What is a Collateralized Debt Obligation?

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  • Written By: Malcolm Tatum
  • Edited By: Bronwyn Harris
  • Last Modified Date: 05 May 2020
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A collateralized debt obligation is any investment that is backed by a collection of several different assets. Often, this collection of backing assets will include bonds or bank loans that are not classified as mortgages. This arrangement does create a higher degree of risk for the investor, as there is the chance of default on the loans backing the investment. In return for assuming this higher risk, the investor stands a chance of realizing a higher rate of return on the investment.

The collateralized debt obligation, or CDO, is considered to be an investment-grade security. With this type of security, there is some type of debt or equity present. The debt of equity is backed by a stable organization that is considered solvent and reputable. An investor is willing to assume the higher risk associated with the debt or equity in anticipation of receiving compensation as the debt is repaid.

CDOs typically do not use a single type of debt as the backing for the obligation. Instead, there is usually a mixture involved, with several debt instruments used to back a single obligation. In effect, when an investor makes a purchase into a collateralized debt obligation, he or she is buying an interest into several debt instruments at one time. The cumulative amount of risk involves depends on the amount of individual risk associated with each instrument used in the deal.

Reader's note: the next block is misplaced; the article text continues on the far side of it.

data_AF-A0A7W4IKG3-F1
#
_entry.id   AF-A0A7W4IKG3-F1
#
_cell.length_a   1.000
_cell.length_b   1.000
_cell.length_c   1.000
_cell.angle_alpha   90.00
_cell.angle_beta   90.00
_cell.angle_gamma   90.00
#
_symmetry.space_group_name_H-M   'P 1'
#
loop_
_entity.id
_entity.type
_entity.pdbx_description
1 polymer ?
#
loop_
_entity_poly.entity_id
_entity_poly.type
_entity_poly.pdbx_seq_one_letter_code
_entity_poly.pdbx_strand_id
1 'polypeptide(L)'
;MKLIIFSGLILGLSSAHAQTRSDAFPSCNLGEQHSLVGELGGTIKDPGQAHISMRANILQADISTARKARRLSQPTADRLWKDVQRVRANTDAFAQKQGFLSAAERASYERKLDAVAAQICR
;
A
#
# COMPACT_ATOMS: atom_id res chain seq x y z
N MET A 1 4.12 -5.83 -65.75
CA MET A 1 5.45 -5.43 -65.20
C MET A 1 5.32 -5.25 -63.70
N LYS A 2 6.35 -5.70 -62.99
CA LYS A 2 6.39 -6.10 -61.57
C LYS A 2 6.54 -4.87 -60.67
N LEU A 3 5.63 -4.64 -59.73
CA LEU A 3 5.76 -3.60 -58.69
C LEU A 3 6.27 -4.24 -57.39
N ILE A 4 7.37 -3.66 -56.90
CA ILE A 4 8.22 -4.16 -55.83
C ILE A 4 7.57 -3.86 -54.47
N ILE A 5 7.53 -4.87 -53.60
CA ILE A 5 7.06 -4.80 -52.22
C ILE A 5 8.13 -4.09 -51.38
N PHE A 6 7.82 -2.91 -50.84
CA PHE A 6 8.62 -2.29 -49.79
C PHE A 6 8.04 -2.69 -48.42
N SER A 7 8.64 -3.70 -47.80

It is important to note that a collateralized debt obligation does not actually transfer ownership of the debt instruments to the investor. However, the activity does allow the investor access to any profit that is made from the instruments involved. For investors who do not wish to directly purchase and service debts, the use of a collateralized debt obligation is a great option.

Generally, the debt that is used to back the collateralized debt obligation is mixed. That is, various debts will have different maturity dates and carry varying degrees of risk. The amount of interest paid on each of the debts depends on how much risk is associated with each debt included in the obligation. Because of this type of mixing of debts, it is possible for an investor to find some examples of CDOs that carry less risk than others.

While a collateralized debt obligation is usually defined as an investment that is backed by a group of different debts, the term is sometimes employed in a broader manner. In some circles, a collateralized debt obligation is used as a general term to identify any type of collateralized obligation including loans, mortgages, or bonds.

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